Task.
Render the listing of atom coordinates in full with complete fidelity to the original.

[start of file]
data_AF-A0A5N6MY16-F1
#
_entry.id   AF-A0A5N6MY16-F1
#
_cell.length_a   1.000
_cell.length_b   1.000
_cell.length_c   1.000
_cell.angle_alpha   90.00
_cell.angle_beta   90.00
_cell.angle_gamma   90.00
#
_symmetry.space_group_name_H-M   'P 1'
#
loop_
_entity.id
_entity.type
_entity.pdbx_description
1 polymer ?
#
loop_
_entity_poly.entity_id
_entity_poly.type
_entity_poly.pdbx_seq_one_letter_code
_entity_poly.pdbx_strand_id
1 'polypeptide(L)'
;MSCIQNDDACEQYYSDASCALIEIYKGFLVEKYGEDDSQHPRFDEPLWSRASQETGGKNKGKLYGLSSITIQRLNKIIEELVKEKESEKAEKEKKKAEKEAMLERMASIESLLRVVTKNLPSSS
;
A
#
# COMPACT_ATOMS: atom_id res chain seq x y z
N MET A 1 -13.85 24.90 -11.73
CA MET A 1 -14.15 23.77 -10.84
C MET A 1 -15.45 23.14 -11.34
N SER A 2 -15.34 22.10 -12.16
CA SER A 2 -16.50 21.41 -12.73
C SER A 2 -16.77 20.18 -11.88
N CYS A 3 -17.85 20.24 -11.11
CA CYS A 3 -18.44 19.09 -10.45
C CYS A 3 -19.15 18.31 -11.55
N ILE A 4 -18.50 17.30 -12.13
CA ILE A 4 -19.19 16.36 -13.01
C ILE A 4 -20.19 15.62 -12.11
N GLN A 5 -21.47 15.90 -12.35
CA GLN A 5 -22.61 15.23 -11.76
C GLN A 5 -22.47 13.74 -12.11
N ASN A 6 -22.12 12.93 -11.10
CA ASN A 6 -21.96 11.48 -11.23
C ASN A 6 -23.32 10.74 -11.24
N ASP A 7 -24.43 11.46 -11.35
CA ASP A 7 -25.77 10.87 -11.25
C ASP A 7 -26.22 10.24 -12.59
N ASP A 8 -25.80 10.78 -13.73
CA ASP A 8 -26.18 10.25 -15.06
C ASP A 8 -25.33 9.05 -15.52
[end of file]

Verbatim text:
data_AF-A0A5N6MY16-F1
#
_entry.id   AF-A0A5N6MY16-F1
#
_cell.length_a   1.000
_cell.length_b   1.000
_cell.length_c   1.000
_cell.angle_alpha   90.00
_cell.angle_beta   90.00
_cell.angle_gamma   90.00
#
_symmetry.space_group_name_H-M   'P 1'
#
loop_
_entity.id
_entity.type
_entity.pdbx_description
1 polymer ?
#
loop_
_entity_poly.entity_id
_entity_poly.type
_entity_poly.pdbx_seq_one_letter_code
_entity_poly.pdbx_strand_id
1 'polypeptide(L)'
;MSCIQNDDACEQYYSDASCALIEIYKGFLVEKYGEDDSQHPRFDEPLWSRASQETGGKNKGKLYGLSSITIQRLNKIIEELVKEKESEKAEKEKKKAEKEAMLERMASIESLLRVVTKNLPSSS
;
A
#
# COMPACT_ATOMS: atom_id res chain seq x y z
N MET A 1 -13.85 24.90 -11.73
CA MET A 1 -14.15 23.77 -10.84
C MET A 1 -15.45 23.14 -11.34
N SER A 2 -15.34 22.10 -12.16
CA SER A 2 -16.50 21.41 -12.73
C SER A 2 -16.77 20.18 -11.88
N CYS A 3 -17.85 20.24 -11.11
CA CYS A 3 -18.44 19.09 -10.45
C CYS A 3 -19.15 18.31 -11.55
N ILE A 4 -18.50 17.30 -12.13
CA ILE A 4 -19.19 16.36 -13.01
C ILE A 4 -20.19 15.62 -12.11
N GLN A 5 -21.47 15.90 -12.35
CA GLN A 5 -22.61 15.23 -11.76
C GLN A 5 -22.47 13.74 -12.11
N ASN A 6 -22.12 12.93 -11.10
CA ASN A 6 -21.96 11.48 -11.23
C ASN A 6 -23.32 10.74 -11.24
N ASP A 7 -24.43 11.46 -11.35
CA ASP A 7 -25.77 10.87 -11.25
C ASP A 7 -26.22 10.24 -12.59
N ASP A 8 -25.80 10.78 -13.73
CA ASP A 8 -26.18 10.25 -15.06
C ASP A 8 -25.33 9.05 -15.52